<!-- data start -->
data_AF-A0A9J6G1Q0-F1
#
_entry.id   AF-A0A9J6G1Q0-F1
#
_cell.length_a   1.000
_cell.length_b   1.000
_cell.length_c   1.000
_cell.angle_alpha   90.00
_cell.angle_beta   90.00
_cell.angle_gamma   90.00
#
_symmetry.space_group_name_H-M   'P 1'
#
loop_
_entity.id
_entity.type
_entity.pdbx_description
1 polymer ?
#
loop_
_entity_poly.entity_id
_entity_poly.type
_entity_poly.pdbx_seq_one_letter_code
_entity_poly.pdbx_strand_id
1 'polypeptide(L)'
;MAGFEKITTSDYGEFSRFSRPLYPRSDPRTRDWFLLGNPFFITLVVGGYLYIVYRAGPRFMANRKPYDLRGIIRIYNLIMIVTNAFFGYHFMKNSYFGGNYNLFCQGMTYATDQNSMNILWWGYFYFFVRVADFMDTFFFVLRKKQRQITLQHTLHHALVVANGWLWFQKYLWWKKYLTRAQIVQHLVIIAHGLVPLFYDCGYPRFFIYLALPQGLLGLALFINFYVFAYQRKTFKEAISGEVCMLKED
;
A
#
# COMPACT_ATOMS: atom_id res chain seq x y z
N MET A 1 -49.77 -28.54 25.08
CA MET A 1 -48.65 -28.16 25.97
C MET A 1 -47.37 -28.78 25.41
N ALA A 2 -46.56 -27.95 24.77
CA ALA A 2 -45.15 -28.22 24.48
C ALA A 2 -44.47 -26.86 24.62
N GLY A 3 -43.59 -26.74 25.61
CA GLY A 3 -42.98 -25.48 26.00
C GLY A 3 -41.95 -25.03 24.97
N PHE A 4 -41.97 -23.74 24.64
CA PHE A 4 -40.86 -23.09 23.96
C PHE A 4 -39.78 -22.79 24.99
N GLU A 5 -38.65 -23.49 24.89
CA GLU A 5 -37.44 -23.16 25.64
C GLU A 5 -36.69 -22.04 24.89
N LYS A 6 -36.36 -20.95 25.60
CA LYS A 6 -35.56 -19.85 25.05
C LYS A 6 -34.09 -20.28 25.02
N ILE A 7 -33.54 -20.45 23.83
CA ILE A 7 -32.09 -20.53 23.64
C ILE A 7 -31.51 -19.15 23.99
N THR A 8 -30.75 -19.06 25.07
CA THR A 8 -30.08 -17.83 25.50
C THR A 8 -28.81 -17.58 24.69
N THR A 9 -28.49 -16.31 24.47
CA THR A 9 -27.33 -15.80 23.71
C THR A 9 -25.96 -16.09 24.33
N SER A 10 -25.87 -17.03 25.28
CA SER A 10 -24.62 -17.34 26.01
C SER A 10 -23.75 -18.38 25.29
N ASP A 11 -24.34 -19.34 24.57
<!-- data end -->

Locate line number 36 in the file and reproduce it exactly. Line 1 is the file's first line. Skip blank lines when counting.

C ALA A 2 -44.47 -26.86 24.62